The dictionary defines a spoof as a hilarious imitation of something, or a trick played on someone as a joke. Turn that word into a verb and you’re left with an imitation relying on exaggeration, or a hoax or trick, all of which end in laughter.
Unfortunately in the last five or six years technology has allowed the term spoofing to take on new meaning. It’s still someone pretending, but it’s much more sinister than a prank you’d play on your friends and nowhere near a laughing matter.
So. What is it, really?
The FCC says spoofing is when a caller deliberately falsifies the information transmitted to your caller ID display to disguise their identity. Fraudsters and scammers often use spoofing to trick someone into accepting a call from a trusted friend or business. Then, they get the target to give up sensitive information like names, social security numbers, account numbers and anything else they can use to commit fraud.
So, how do you know if you’re being spoofed? Well, if the caller ID looks right it can be very hard to tell when it’s a scam, but I usually err on the side of caution and avoid giving out any identifying information if I haven’t initiated the call to start. Someone calls me out of the blue and asks me to verify my bank account information? You better believe I’m hanging up the call! Someone calls and asks for my mother’s maiden name? Also hanging up!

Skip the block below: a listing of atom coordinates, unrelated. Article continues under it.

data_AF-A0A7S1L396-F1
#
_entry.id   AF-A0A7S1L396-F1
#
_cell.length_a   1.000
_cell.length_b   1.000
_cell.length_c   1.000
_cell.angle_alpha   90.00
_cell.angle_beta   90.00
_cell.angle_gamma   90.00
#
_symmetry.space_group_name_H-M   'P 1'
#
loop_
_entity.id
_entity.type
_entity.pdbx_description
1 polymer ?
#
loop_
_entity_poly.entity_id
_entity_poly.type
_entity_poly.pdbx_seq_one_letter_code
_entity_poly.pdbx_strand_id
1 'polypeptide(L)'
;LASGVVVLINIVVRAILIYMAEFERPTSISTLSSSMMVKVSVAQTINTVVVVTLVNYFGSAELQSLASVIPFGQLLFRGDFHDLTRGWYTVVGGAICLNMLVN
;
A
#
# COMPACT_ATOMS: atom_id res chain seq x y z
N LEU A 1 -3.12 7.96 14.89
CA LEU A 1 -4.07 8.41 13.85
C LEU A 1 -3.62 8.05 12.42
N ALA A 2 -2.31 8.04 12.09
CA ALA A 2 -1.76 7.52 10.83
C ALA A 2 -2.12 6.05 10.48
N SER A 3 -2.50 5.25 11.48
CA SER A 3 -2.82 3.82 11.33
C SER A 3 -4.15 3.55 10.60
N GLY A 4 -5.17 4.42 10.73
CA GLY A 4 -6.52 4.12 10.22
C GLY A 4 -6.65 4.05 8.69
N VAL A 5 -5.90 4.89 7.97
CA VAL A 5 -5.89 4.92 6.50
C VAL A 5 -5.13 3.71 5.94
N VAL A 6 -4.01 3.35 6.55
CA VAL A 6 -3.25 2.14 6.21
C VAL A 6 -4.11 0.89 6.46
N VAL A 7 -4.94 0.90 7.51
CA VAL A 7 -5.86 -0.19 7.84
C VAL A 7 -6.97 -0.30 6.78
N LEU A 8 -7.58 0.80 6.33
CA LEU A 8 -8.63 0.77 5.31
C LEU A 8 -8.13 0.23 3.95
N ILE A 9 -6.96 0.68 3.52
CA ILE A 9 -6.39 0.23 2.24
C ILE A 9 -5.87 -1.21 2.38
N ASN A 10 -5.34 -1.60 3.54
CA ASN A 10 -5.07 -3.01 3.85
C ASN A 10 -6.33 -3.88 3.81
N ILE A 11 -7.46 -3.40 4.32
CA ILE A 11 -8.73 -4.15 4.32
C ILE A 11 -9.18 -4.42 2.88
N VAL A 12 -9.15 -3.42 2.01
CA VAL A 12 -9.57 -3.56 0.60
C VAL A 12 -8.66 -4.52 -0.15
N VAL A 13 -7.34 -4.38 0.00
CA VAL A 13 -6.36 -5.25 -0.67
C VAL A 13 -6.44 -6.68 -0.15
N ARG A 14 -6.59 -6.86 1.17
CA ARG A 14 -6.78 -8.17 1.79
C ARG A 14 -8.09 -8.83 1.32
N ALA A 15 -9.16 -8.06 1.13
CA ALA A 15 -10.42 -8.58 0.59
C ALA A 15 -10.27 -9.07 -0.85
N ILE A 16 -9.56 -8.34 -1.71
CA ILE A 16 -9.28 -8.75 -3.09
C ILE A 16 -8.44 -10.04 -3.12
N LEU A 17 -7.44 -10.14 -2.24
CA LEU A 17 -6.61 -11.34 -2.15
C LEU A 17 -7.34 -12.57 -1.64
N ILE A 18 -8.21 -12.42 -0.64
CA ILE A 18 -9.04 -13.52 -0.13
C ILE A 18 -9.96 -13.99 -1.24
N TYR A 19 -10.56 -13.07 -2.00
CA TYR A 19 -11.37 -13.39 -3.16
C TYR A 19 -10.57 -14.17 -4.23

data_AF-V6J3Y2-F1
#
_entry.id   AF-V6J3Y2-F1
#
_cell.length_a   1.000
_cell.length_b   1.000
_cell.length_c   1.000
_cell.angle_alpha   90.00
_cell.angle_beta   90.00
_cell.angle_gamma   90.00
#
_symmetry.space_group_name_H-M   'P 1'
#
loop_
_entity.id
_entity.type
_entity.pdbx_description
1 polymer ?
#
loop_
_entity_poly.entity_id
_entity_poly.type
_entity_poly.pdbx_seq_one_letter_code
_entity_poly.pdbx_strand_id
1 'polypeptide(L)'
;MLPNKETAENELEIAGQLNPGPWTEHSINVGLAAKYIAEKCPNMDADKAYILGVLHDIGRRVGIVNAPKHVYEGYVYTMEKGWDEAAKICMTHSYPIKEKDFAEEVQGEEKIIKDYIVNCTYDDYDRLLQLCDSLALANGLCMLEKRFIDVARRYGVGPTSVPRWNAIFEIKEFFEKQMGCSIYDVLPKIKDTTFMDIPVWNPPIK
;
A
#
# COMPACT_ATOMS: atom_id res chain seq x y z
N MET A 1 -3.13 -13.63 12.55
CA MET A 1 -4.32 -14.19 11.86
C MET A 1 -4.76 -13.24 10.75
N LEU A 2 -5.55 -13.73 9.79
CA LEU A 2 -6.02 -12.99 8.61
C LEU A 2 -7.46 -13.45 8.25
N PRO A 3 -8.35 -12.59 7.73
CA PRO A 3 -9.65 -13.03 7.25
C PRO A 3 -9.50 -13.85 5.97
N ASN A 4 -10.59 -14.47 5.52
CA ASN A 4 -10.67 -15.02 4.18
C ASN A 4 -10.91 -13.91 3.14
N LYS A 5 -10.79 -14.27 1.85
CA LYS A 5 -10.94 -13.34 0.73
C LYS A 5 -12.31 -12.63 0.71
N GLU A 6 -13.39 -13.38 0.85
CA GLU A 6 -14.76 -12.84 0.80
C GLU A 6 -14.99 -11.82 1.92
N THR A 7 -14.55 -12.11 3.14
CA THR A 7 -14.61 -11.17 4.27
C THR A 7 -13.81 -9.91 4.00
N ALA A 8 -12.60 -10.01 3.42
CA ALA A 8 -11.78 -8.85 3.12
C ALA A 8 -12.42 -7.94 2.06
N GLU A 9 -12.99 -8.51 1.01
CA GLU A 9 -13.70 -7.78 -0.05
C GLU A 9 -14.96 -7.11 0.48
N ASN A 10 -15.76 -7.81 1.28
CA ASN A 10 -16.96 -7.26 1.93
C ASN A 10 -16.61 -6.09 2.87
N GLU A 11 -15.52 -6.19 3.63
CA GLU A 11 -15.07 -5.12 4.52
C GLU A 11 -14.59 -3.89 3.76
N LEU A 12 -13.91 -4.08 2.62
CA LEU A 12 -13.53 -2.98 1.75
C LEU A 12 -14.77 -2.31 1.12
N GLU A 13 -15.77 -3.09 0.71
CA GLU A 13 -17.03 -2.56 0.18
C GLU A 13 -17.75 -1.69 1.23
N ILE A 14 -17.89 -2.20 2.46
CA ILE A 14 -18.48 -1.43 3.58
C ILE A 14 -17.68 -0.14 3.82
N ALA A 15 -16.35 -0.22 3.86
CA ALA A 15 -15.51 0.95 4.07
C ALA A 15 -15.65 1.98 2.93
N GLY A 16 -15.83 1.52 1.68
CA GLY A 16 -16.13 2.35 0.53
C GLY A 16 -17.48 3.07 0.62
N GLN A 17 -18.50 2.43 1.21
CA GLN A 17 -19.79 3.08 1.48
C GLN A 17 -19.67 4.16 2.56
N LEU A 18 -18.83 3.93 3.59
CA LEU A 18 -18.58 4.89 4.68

In the end, it’s way better to appear a little rude if you do hang up on a known entity than it is to have to change all of your accounts and alert the credit bureaus that your information may be at risk. Get a call from someone posing to be from your bank or credit card company? Hang up and call them back at a number you recognize, or dial it yourself.
You should try to avoid hanging up and calling back the number that just called you. Instead, pick up your bank statement or call the customer service line that’s listed in your bank app. Better yet, pick up the heavy phone book in your junk drawer and call the number listed there! Safe is always better than sorry when it comes to scams.
Finally, try to avoid answering any questions they ask you. It’s better to hang up than to answer even simple “yes” and “no” questions.
Check out the additional information available on the FCC’s website at https://www.fcc.gov/spoofing. And, if you’ve still got a landline (does anybody have one these days?), consider getting an old rotary phone for at least one phone jack in your house. If you’re over a certain age you’ll remember how satisfying it is to slam that receiver down into the phone cradle; and, if you’re too young to remember, go get yourself an old phone and try it out next time you’re angry! It’s incredibly satisfying even if the caller on the other end is hearing a simple “click”. Nothing better than slamming that phone down on a scammer, unless of course you’re prone to tense phone calls with your significant other…either way, grab a phone you can hang up with gusto!